Most GPs, for example, do not see more than one case in a lifetime in practice although with all the work we are all doing it is getting better known. I used to say at the end that you could put me in a room full of medics of any sort except for nerologists specialising in movement disorders and I would know more than they did. Beware of neurologists specialising in strokes. One of those re-diagnosed Victor as suffering with only dementia with Lewy bodies without an proper session with the patient and without me being present. He was right about the "Lewy bodies" which was a late arrival in the progression of symptoms but not the "Only". To say I was angry was an understatement when I arrived at the hospital for my daily visit to find a new diagnosis and some new medication all done in my absence.

So I contacted my MSAT nurse who said the medication would do no harm and decided to do nothing as I fully intended to have him home regardless of what anyone said. When I got him home, the diagnosis was restored. Silly man, didn't he think that if he had been suffering form dementia for 8 years, someone might have noticed.

Anyway I could easily have wasted a lot of time and energy I did not have on an argument about something which made no difference. Be selective about what matters and then only spend energy on that and then never take no or an answer.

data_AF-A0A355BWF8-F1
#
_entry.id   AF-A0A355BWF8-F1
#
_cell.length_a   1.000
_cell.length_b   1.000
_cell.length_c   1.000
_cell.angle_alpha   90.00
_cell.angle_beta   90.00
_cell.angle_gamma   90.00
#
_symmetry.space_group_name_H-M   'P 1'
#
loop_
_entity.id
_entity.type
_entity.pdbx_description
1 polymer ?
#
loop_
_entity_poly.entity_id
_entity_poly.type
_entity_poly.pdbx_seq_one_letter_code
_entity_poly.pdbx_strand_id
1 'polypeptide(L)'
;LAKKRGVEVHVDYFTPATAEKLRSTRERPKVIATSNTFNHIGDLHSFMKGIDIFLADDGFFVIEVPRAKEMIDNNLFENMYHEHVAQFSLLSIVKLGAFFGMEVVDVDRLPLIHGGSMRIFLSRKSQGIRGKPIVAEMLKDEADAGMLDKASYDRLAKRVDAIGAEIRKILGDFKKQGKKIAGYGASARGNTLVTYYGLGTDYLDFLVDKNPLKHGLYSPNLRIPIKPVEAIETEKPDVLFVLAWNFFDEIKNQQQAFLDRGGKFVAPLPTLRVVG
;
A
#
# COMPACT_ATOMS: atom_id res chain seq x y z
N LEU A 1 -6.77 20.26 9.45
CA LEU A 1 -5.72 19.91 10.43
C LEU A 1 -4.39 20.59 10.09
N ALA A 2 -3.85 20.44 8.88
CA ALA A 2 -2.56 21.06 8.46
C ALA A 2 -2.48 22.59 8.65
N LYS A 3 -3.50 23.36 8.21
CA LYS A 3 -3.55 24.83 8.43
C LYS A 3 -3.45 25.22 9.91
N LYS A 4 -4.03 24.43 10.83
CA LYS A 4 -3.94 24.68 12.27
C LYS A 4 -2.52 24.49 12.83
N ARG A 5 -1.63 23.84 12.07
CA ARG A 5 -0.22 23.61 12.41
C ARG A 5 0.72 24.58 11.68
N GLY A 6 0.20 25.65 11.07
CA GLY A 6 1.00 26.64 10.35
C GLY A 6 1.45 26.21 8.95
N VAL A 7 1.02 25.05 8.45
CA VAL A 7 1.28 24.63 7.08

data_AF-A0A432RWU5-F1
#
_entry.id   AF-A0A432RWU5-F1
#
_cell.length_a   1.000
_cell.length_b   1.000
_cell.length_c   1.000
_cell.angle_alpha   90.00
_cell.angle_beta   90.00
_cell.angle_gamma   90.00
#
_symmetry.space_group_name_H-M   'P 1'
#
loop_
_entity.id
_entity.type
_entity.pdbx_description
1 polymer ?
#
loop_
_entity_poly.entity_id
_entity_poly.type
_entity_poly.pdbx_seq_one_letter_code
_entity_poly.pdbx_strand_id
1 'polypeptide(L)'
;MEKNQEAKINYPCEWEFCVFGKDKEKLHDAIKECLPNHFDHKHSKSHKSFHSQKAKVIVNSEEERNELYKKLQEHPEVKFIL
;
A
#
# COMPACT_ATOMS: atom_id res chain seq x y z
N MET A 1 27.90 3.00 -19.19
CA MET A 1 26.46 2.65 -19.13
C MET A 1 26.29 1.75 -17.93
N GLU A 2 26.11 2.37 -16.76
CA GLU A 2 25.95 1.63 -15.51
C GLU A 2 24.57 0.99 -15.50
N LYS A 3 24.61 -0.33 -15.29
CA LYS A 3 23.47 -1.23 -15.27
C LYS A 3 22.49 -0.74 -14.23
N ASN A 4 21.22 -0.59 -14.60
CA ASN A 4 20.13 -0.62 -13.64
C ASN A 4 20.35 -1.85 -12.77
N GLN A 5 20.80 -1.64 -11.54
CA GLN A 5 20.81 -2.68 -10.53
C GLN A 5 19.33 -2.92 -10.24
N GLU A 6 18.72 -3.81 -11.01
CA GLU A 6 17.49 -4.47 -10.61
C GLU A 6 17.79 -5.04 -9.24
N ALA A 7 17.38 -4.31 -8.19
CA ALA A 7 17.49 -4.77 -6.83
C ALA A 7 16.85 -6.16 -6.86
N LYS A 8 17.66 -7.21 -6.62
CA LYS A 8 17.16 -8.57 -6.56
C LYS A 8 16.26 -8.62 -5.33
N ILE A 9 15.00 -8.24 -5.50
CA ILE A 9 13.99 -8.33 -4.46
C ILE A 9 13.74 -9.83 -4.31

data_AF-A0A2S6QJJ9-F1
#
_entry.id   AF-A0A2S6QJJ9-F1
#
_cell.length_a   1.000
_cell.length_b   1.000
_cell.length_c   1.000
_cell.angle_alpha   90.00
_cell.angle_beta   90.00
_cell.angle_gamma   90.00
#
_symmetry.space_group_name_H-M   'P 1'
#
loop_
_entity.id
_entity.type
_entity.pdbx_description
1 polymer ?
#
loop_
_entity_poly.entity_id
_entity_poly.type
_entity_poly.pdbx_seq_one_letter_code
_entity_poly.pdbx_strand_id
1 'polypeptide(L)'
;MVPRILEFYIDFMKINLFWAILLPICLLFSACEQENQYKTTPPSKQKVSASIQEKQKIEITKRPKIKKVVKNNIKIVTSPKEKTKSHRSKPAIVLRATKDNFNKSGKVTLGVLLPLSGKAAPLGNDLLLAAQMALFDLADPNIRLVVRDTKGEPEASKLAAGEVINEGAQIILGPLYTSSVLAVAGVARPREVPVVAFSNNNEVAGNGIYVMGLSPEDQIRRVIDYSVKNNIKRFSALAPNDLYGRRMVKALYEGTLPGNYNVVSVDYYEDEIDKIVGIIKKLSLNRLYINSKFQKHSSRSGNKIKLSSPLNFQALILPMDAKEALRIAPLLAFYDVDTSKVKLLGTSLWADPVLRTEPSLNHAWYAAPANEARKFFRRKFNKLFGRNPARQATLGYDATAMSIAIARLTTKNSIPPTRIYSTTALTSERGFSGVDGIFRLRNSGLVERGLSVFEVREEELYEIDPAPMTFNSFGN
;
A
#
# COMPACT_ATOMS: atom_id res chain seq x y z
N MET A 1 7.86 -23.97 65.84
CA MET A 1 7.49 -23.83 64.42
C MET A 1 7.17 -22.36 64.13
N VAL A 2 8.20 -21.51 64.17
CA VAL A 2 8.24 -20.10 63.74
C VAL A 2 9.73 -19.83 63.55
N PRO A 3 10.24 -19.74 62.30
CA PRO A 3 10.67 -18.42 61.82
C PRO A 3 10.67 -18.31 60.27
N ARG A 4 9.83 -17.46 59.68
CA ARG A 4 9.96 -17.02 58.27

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It is shocking what you need to go through to be heard. My son has autism so I know how hard it is.

Thanks everyone for the support I really appreciate all your valuable advice xx

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Corinne, rants are good. We all need them, and your post has elicited some great responses. It is sad, but inevitable, that excepting movement disorder specialists we all know more about MSA than any other medical professional that we come in contact with. I suspect than within our local healthcare system I am known as being quite difficult. The smile approach is probably gets you much further.